What Should I Know About Getting an MRI Scan with My Implant?


MRI scans are an important tool for diagnosing many different illnesses and conditions. With each passing year, more and more patients with implanted pacemakers, defibrillators, cardiac monitors and cardiac resynchronization implants gain greater access to MRI scans. Furthermore, more and more studies have found that, with proper precautions in place, cardiac implant patients can safely access MRI scans. But, many patients still have questions about how the process works, and what they need to tell their doctors.

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I have an implant. What do I need to do before I get an MRI scan?

The most important thing that a patient can do, as soon as an MRI scan is scheduled, is tell their heart doctor (cardiologist). The cardiologist can then check to see if an implant is MRI-compatible. Some implants also have unique restrictions and these restrictions might be different depending on what year the implant was made and what company manufactured it. One of the most common restrictions has to do with what strength of magnet the MRI machine uses and whether the implant is approved for that strength. Once the cardiologist knows a patient is having an MRI scan, they can look this information up and make an appropriate plan.

Many doctors who manage MRI scanning, called radiologists, are also still unsure which implants might have restrictions. Without the specialised knowledge from your cardiologist, there’s a risk the radiologist could delay the scan while waiting for the appropriate information. Speaking to your doctor about your implant is essential.


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What will the cardiologist do before I get an MRI scan?

Your cardiologist will need to temporarily change the settings on your implant so that it continues to function but is safe to use in the MRI scanner. A heart implant’s function is controlled by software that is built into the implant. If an implant is exposed to an MRI scanner, there is a chance that the scan could interfere with the signals this software sends. To stop this from happening, cardiologists will temporarily set a patient’s implant to “MRI-safe” mode before a scan. This can mean that many of the implant’s advanced features are temporarily switched off, but basic pacing remains operational. To function fully again, the implant has to be set back to its normal programming by the cardiologist after the scan.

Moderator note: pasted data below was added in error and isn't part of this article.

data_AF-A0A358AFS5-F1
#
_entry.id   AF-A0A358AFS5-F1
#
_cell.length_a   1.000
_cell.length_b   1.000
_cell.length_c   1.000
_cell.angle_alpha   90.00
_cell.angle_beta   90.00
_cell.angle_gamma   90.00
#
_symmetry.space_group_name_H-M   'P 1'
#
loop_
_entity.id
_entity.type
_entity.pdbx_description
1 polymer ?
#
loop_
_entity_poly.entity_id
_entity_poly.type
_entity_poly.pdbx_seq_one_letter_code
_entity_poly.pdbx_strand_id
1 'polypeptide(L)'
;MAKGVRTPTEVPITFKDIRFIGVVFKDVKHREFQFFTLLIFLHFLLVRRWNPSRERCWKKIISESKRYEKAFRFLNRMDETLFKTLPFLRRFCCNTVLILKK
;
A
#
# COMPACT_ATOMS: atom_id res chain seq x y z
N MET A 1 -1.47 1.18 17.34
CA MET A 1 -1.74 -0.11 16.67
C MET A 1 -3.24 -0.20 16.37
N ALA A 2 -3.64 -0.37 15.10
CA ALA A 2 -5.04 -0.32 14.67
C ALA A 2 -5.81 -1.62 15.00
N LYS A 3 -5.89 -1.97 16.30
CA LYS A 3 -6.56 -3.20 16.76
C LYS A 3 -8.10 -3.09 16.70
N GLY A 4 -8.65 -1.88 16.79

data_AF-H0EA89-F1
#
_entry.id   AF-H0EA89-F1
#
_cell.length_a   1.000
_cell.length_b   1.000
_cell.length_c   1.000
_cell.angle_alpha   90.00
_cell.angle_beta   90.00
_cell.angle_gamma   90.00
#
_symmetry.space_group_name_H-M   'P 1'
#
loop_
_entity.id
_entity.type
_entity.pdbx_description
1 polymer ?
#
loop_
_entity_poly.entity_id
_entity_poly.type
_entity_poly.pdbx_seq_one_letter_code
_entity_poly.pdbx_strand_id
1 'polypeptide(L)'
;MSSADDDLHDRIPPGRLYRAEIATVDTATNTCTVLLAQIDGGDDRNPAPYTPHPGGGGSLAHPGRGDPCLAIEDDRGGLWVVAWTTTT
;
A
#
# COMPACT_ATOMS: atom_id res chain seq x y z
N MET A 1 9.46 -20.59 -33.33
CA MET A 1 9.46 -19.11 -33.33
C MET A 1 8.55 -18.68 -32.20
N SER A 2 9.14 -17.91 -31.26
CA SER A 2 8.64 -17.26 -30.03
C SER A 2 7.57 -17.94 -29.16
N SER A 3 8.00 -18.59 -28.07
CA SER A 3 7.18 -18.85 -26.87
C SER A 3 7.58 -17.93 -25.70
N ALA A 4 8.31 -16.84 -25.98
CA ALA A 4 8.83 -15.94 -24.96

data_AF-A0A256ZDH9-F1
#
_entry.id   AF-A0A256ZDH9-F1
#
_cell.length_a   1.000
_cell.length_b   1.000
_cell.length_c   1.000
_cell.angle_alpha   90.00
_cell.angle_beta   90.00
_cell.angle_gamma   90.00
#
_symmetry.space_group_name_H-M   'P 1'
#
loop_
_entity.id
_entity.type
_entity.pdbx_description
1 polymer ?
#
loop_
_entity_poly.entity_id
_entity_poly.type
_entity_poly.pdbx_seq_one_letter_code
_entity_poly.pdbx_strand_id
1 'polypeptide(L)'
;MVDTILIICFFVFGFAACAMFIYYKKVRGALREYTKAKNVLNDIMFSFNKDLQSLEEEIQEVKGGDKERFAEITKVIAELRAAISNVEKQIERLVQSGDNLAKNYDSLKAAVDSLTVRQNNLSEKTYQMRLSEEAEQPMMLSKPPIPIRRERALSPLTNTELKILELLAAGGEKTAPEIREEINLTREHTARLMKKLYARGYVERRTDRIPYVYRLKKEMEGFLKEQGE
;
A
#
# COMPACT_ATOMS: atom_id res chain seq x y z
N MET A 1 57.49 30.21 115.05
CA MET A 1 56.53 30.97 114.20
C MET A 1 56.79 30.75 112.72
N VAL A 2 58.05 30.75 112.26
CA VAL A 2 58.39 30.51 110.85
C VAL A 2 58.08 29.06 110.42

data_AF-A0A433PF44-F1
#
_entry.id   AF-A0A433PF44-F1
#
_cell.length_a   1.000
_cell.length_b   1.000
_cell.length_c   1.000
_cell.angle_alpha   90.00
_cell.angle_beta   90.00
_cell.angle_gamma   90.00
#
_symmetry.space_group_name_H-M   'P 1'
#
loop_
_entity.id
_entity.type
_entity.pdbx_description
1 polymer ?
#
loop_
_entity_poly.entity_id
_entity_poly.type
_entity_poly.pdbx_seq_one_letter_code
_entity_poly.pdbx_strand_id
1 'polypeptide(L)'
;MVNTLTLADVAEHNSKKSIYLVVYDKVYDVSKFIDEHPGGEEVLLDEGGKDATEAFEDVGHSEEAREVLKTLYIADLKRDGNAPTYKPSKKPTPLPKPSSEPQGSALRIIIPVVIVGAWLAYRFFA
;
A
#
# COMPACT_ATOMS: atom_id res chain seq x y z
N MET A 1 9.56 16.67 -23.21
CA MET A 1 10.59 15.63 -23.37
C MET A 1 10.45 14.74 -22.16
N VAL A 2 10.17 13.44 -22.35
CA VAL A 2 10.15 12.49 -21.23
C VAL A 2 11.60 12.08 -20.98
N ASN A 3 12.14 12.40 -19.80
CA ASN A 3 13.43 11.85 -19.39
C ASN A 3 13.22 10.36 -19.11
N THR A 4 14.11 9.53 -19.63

BIOTRONIK’s MRI AutoDetect technology helps make this process even simpler. Before a scan, the cardiologist can set the implant to automatically switch into an MRI-safe mode when it detects an MRI machine. The implant will then switch itself back into full functionality when the scan ends. This means that a patient with an implant that has MRI AutoDetect only needs to see their cardiologist before the scan, not after as well. The MRI detection lasts for 14 days from when the doctor switches it on.


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Where can I find more information?

When you speak to your cardiologist after being booked in for an MRI appointment, it’s a good time to ask questions. If you have your implant information, ProMRI SystemCheck is also a helpful tool for checking whether a particular implant is approved for MRI scanning in your country and under what conditions. For a brief explanation about how MRI AutoDetect works, you can also watch our video below. Finally, if you have any further questions, please don’t hesitate to contact Patient Services.